1911 Encyclopædia Britannica/Theodosius of Tripolis
THEODOSIUS OF TRIPOLIS, Greek geometer and astronomer, three of whose works were contained in the collection of lesser writings named ὁ μικρὸς ἀστρονομούμενος (sc. τόπος), or ὁ μικρὸς ἀστρονόμος. Suldas erroneously identifies him with a sceptical philosopher of the same name who lived in the second half of the 2nd century A.D. or later, but, on the other hand, distinguishes him from a native of Tripolis who wrote a poem on spring. He is doubtless the same as Theodosius the mathematician, who is mentioned by Strabo amongst the natives of Bithynia distinguished for their learning, and whose sons were also mathematicians, the same, too, as the inventor of a universal sun-dial (horologium πρὸς πᾶν κλίμα) of that name who is praised by Vitruvius (De Architectura, ix. 9). His date, therefore, could not have been later than the 1st century B.C.; he may, however, have lived in the preceding century, inasmuch as the names mentioned by Strabo in the passage referred to above are, as far as we know, arranged chronologically, and Theodosius immediately follows Hipparchus, who made astronomical observations between 161 and 126 B.C., and precedes Asclepiades the physician, who lived at Rome at the beginning of the 1st century B.C.
His chief work—σφαιρικά, in three books—is a tolerably complete treatise on the pure geometry of the surface of a sphere, and was still the classical book on the subject in Pappus's time. It does not contain (except for a faint suggestion in iii. 11-12) any trace of spherical trigonometry, which, on the other hand, was the special subject of the work having the same title, and included in the same collection, of Menelaus of Alexandria, who lived at the end of the 1st century.
A. Nokk (Ueber die Sphärik des Theodosius; Karlsruhe, 1847), Heiberg (Litterargeschichtliche Studien über Euklid, pp. 43 seq.; Leipzig, 1882), and Hultsch (Jahrbücher für classische Philologie, 1883, pp. 415-420, and Autolycus; Leipzig, 1885) have proved that as early as the middle of the 4th century B.C. there existed a Greek text-book on Spherics which, in its essential contents, scarcely deviated from the three books of Theodosius. He must therefore be regarded as merely the editor, or at most the elaborator and expounder, of a doctrine which existed some centuries before him. A careful analysis of Theodosius' work, from this point of view, will be found in A. A. Björnbo's Studien über Menelaos Sphärik (Abhandlungen zur Geschichte der mathematischen Wissenschaften, xiv.; Teubner, 1902).
The Spherics of Theodosius was translated into Arabic at the beginning of the 10th century, and from the Arabic into Latin in the 12th century by Plato of Tivoli (Tiburtinus). This translation was published in 1518 at Venice, but was found so faulty by J. Voegelinus that he published a new Latin version, together with additions from the Arabian commentators (Vienna, 1529, 4to); other Latin translations were published by F. Maurolycus (Messina, 1558, fol.); by C. Clavius (Rome, 1586, 4to); and by Barrow under the title, Theodosii Sphaerica, Methodo Nova Illustrata et Succincte Demonstrata (London, 1675, 4to). The Greek text was first published, and with it a Latin translation, by J. Pena (Paris, 1558, 4to); it has been edited since by Joseph Hunt (Oxford, 1707), and by E. Nizze (Berlin, 1852), but these two editions are founded on that of Pena. There is also a German translation by Nizze (Stralsund, 1826). His two editions are accompanied with valuable notes and an appendix containing additions from Voegelinus and others.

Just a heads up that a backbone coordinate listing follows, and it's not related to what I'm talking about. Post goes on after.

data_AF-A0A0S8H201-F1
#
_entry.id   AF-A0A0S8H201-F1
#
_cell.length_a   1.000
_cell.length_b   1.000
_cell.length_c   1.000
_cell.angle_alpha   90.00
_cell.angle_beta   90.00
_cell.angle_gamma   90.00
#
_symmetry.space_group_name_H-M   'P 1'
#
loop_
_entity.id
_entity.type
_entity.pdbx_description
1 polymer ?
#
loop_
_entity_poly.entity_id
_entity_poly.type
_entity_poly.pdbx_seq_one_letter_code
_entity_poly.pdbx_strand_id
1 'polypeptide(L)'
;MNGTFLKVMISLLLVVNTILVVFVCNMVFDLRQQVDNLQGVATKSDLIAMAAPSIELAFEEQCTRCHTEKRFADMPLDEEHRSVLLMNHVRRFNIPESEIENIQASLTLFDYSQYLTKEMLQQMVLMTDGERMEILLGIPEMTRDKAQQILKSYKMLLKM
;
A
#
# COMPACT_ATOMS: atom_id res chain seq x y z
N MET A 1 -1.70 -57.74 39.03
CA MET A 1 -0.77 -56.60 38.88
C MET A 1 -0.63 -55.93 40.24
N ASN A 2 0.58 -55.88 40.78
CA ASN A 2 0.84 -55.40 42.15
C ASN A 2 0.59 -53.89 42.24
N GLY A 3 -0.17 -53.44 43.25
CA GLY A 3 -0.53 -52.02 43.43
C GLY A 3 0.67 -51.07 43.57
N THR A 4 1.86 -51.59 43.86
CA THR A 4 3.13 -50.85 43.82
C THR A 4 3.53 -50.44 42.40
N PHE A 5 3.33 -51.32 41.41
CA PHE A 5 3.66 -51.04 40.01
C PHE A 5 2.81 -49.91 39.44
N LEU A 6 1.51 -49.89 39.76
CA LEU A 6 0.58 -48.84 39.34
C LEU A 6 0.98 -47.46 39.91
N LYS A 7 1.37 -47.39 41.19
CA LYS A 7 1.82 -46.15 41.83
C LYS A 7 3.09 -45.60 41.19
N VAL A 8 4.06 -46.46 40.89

The two other works of Theodosius which have come down to us have not as yet been published in the original. The propositions, without demonstrations, in the work περὶ ἡμερῶν καὶ νυκτῶν (On Days and Nights), in two books, were given by Dasypodius, in Greek and Latin, in his Sphaericae Doctrinae Propotitiones (Strasburg, 1572, 8vo). A Latin version of the complete work, with ancient scholia and figures, was given by Joseph Auria (Rome, 1591, 4to). Pappus has given a pretty full commentary on the first book of this work of Theodosius. His work περὶ οἰκήσεων (On Habitations) also was published by Auria (Rome, 1588). It gives an account of how, for every inhabitant of the earth from the equator to the pole, the starry firmament presents itself in the course of a year. The propositions in it were also given by Dasypodius in his work mentioned above.
(T. L. H.)
- This collection contained, according to Fabricius, Bibliotheca Graeca, ed. Harles, iv. p. 16, the following books:—“Theodosii Tripolitae, Sphaericorum, libri iii.; Euclidis, Data, Optica, Catoptrica, ac Phaenomena; Theodosii Tripolitae, De Hobitationibus et Noctibus ac Diebus, libri ii.; Autolyci Pitanaei, De Sphaera Mota, et libri ii. De Ortu atque Occasu Slellarum Inerrantium; Aristarchi Samii, De Magnitudinibus ac Distantiis Solis ac Lunae; Hypsiclis Alexandrini, Ἀναφορικὸς sive De Ascensionibus; Menelai, Sphaericorum, libri iii.” Euclid's Data is, however, wrongly included, for Pappus, vii., makes it part of analysis (ὁ ἀναλυόμενος τόπος).